How to Pick the Best Pet Insurance for Your Furry Friend

Pet insurance can be a wise investment for pet owners, providing financial assistance for veterinary care costs. While we all hope that our furry companions remain happy and healthy, accidents and illnesses do happen. As veterinary medicine continues to advance, new treatments are available to save pets’ lives – but they often come with hefty price tags.

Pet insurance helps take the worry out of being able to afford these expenses. Rather than having to make difficult healthcare decisions based on your budget, pet insurance allows you to focus on getting your pet the best care possible. With insurance, a large part of the bill is covered, saving you significant amounts of money.

Pet insurance also gives pet owners peace of mind, knowing they have a safety net in place. Out-of-pocket costs won’t completely tap out your savings should an emergency arise. This allows pet owners to budget responsibly for their pets’ care.

While no one expects their pet to get sick or hurt, these events unfortunately do occur. Pet insurance provides financial assistance so owners can make healthcare decisions based on their pet’s needs – not their wallet. Considering a policy can save pet owners thousands of dollars over the lifetime of their furry family member.

Consider Your Pet’s Breed

Certain breeds are prone to genetic conditions that can require expensive care over their lifetime. For example, French Bulldogs are susceptible to back problems and require pricey surgery, while Labrador Retrievers are prone to hip and elbow dysplasia.

When picking pet insurance, look at the breeds covered and exclusions. Some companies may exclude coverage for hereditary conditions in certain breeds or charge a premium. Getting insurance for hereditary conditions in your pet’s breed is ideal to avoid large veterinary bills later on.

Research what health problems your pet’s breed faces as they age. Then find plans that adequately cover those conditions without breed restrictions or exclusions. While policies that exclude hereditary conditions may seem cheaper upfront, you could end up paying more in the long run if your pet develops issues related to their genetics down the road.

Compare Monthly Premiums

Premium costs can vary significantly between different pet insurance providers. Be sure to get quotes from multiple companies before choosing a plan.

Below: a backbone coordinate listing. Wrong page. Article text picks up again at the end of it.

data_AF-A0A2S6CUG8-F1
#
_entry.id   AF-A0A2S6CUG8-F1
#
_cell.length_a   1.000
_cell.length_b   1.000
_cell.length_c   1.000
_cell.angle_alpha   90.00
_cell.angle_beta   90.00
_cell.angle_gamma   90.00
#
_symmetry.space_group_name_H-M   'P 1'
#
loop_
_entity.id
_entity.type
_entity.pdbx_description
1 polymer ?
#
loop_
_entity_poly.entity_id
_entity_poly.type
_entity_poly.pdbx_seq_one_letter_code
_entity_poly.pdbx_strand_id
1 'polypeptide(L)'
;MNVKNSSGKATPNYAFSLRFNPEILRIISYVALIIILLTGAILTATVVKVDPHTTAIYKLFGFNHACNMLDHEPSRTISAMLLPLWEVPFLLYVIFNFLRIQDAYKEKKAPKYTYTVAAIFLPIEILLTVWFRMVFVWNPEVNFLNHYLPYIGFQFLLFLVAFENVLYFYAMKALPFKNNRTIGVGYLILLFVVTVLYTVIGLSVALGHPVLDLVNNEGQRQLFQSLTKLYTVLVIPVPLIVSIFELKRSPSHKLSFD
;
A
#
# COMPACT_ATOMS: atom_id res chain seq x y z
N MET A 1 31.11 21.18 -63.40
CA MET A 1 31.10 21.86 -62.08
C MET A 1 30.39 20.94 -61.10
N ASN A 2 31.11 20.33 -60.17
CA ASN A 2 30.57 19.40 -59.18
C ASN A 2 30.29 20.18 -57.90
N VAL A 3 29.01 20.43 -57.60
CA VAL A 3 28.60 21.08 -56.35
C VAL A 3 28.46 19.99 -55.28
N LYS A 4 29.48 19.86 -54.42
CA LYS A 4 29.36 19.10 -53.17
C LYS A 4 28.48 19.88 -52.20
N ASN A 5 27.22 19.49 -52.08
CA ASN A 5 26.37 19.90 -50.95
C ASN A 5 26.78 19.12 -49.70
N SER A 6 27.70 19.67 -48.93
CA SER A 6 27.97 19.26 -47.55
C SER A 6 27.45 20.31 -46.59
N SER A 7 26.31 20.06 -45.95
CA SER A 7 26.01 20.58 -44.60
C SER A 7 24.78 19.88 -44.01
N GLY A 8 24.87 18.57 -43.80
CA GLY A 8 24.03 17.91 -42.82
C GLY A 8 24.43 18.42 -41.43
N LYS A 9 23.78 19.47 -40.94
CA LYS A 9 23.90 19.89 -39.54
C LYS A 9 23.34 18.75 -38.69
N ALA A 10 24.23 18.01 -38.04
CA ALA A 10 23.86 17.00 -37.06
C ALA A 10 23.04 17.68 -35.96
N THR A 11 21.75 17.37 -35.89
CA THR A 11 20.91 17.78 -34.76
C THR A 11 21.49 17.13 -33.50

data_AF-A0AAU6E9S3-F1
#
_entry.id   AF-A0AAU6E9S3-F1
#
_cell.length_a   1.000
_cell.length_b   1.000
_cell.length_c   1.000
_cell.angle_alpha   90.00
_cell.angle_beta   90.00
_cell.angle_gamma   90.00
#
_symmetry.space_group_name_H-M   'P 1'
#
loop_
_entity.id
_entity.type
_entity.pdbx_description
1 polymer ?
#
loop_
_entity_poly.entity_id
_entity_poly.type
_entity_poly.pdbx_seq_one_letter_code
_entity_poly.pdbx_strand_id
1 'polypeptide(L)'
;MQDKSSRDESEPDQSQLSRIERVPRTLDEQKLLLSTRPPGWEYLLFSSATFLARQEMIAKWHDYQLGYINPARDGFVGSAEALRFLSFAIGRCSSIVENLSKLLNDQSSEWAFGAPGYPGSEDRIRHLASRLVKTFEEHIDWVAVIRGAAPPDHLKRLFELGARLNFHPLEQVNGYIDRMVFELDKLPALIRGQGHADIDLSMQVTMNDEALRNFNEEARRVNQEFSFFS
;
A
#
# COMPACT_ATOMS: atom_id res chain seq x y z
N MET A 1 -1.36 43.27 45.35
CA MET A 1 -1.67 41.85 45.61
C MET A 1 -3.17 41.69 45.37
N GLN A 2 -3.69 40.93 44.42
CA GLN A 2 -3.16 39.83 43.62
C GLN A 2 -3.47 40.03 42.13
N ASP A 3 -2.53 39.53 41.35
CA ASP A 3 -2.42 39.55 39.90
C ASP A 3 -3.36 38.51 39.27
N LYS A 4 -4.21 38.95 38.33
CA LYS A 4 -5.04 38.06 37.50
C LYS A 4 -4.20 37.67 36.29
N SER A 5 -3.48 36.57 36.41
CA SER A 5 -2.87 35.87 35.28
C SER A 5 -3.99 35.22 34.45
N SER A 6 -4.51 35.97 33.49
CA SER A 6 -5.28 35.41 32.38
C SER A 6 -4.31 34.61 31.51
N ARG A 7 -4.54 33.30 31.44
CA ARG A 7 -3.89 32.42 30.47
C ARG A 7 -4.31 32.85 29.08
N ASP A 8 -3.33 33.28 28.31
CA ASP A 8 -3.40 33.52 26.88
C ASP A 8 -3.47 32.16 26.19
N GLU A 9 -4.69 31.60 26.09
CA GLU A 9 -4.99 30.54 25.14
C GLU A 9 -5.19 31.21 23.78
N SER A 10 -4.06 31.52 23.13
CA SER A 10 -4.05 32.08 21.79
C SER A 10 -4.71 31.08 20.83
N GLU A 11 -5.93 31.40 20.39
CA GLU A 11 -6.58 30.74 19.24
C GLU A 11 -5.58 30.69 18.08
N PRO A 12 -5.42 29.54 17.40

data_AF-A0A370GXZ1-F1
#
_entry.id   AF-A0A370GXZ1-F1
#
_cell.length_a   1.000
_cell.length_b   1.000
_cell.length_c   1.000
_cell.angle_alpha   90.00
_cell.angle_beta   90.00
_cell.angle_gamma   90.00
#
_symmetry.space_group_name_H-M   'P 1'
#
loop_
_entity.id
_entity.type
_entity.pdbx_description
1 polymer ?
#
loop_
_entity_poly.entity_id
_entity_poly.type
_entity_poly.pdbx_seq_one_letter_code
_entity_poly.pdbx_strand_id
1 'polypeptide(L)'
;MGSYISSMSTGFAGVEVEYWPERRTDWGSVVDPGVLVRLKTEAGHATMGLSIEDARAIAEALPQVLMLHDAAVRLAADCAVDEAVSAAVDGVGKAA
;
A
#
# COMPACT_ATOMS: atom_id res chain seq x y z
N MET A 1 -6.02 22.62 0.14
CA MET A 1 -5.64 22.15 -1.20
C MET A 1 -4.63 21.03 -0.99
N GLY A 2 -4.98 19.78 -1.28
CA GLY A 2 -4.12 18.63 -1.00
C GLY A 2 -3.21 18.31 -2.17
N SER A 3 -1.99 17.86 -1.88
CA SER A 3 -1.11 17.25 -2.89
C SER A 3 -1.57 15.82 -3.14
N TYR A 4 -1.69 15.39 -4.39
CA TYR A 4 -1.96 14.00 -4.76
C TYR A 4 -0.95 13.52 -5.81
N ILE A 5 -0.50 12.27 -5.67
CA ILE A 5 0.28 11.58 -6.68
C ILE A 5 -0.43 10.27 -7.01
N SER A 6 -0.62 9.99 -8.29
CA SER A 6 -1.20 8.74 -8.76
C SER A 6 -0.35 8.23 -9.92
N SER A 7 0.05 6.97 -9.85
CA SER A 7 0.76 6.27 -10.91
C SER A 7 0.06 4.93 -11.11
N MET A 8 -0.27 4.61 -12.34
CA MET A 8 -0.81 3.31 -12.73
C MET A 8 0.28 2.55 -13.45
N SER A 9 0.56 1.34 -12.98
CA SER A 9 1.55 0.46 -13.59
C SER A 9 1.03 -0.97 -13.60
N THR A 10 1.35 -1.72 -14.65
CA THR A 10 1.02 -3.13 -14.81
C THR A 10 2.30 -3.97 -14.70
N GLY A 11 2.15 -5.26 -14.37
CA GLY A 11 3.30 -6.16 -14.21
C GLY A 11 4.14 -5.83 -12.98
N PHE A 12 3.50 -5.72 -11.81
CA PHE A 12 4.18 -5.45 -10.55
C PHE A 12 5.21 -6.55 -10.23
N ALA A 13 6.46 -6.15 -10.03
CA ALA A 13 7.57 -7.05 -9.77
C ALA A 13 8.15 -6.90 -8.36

Some key factors that influence monthly premiums include:

  • Your pet’s breed, age, and location
  • The level of coverage and reimbursement percentage
  • Annual coverage limits
  • Deductible amount

When comparing quotes, look at the premium for the same coverage levels. An 80% reimbursement plan with a $500 deductible will have a higher monthly cost than a 70% reimbursement with a $1,000 deductible.

Pay attention to rate increases as your pet ages. Some companies dramatically hike premiums at certain ages. Others only moderately increase rates over time. Ask providers about their age-based rate policies.

You may be able to save money with a higher deductible or lower reimbursement percentage. But make sure you’re still getting adequate coverage for your budget.

Spending more on premiums to get better coverage may be worth it if your pet has chronic health issues. But for a young, healthy pet, a plan with lower premiums may be sufficient.

Compare quotes from 3-5 major pet insurance providers to find the best balance of comprehensive coverage and affordable monthly costs for your unique needs.

Look at Annual Coverage Limits

Most pet insurance policies limit the total amount of money they will pay out per policy year, also known as the annual coverage limit. This cap puts a ceiling on how much the insurance company will reimburse you for your pet’s vet bills during a single policy term, usually 12 months.

Annual coverage limits typically range from $5,000 to $20,000 or more. Higher annual limits are better since they allow more flexibility in covering large or ongoing expenses. For pets prone to medical issues, choose a policy with a coverage limit on the higher end.

With lower annual caps, it’s possible to reach the limit partway through the year if your pet has an illness or injury that requires extensive treatment. Once the limit is reached, you’d have to pay all remaining vet costs out-of-pocket until the policy renews. Opting for a higher annual payout limit reduces the chances of this happening.